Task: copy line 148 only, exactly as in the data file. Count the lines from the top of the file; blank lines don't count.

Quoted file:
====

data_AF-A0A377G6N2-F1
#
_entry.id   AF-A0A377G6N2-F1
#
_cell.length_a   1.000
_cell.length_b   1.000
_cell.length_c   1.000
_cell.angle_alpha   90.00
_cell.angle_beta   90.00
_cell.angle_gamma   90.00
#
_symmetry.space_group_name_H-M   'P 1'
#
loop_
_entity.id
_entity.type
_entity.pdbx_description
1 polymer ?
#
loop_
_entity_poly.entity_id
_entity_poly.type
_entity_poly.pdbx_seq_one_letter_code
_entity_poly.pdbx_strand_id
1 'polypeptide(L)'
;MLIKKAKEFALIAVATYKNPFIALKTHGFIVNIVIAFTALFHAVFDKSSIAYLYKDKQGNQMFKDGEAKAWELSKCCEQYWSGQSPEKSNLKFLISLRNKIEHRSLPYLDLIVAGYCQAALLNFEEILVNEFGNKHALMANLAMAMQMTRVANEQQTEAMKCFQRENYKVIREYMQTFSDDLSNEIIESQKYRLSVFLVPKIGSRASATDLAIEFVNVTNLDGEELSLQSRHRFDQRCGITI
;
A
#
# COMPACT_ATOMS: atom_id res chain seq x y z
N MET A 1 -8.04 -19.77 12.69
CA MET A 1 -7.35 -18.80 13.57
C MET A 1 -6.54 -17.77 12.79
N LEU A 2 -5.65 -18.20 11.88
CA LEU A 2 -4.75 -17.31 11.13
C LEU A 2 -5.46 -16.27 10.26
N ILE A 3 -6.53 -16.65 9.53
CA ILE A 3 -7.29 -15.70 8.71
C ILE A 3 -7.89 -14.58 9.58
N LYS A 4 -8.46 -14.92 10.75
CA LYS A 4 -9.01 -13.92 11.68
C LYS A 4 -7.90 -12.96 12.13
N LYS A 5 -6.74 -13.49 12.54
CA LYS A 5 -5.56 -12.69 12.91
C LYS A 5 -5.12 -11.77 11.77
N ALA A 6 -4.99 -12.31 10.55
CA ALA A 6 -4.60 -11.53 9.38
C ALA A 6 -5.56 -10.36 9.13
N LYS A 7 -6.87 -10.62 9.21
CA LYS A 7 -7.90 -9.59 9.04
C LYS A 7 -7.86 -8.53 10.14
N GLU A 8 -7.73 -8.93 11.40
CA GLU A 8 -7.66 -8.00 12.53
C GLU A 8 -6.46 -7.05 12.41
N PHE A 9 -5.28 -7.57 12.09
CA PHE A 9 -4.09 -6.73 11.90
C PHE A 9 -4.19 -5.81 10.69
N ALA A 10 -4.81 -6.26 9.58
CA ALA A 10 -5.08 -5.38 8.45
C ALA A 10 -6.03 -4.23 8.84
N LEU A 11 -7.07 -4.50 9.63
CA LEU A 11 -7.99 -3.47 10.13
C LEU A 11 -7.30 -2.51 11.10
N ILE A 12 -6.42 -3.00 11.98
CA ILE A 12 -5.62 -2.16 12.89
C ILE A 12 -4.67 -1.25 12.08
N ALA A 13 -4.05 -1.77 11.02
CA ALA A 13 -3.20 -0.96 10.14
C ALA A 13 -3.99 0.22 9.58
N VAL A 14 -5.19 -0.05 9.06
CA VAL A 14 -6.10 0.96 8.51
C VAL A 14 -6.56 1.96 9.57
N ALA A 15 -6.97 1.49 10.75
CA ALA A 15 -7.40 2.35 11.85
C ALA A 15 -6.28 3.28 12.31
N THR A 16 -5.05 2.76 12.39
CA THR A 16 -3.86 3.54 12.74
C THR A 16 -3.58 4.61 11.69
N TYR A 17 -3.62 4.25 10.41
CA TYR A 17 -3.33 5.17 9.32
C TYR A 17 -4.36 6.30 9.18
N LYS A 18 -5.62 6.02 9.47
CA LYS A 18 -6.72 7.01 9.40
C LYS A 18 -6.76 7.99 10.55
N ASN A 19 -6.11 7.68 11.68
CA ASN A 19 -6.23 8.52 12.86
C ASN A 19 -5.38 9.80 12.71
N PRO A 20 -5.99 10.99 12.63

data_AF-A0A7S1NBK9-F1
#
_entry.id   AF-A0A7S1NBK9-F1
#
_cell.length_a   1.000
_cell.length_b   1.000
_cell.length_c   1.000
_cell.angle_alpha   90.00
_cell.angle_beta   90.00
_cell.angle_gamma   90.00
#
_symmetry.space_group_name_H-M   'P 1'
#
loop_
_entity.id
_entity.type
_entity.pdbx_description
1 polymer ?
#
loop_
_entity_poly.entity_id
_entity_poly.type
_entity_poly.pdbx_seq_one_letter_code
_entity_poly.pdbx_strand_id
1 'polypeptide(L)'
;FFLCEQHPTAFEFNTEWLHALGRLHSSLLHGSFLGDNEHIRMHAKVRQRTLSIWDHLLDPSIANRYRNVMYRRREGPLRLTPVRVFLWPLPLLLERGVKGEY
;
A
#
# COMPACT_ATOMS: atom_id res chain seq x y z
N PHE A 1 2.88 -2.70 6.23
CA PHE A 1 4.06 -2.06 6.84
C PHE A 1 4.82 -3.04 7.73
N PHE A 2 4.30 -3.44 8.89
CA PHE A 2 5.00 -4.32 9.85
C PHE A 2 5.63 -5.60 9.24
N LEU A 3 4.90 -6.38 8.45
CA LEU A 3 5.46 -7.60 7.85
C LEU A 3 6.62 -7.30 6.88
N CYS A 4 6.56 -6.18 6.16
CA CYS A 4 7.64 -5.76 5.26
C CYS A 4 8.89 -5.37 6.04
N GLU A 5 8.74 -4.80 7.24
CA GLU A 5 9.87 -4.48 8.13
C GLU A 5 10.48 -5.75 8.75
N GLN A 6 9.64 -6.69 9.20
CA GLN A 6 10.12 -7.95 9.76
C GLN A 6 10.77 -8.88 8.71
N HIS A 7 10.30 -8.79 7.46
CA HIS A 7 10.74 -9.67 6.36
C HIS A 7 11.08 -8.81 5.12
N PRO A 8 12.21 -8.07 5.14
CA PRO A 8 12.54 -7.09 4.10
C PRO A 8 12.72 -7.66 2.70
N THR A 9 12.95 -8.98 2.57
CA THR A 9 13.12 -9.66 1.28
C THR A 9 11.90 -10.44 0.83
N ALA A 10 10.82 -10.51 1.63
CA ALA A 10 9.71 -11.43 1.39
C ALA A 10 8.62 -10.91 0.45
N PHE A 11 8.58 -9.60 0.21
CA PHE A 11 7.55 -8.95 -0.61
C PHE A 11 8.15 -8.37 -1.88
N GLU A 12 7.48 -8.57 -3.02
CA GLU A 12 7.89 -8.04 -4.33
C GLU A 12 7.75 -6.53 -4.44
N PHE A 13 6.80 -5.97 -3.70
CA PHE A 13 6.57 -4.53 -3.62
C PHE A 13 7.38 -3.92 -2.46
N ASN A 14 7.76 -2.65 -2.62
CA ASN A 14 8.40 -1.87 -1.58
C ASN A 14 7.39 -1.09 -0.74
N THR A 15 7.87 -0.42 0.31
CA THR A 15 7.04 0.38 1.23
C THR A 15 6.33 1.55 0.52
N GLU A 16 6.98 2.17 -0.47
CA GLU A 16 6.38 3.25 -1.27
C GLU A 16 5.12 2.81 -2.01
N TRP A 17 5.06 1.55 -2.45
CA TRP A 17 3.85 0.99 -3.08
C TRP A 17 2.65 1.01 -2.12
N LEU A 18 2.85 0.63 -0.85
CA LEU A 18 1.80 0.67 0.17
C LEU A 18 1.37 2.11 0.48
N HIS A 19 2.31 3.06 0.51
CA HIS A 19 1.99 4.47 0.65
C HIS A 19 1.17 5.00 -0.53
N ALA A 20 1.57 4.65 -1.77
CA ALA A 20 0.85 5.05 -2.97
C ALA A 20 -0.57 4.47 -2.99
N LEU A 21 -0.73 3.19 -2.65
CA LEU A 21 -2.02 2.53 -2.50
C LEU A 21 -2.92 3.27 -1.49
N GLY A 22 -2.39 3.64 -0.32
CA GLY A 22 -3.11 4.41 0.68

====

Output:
C ALA A 10 8.62 -10.91 0.45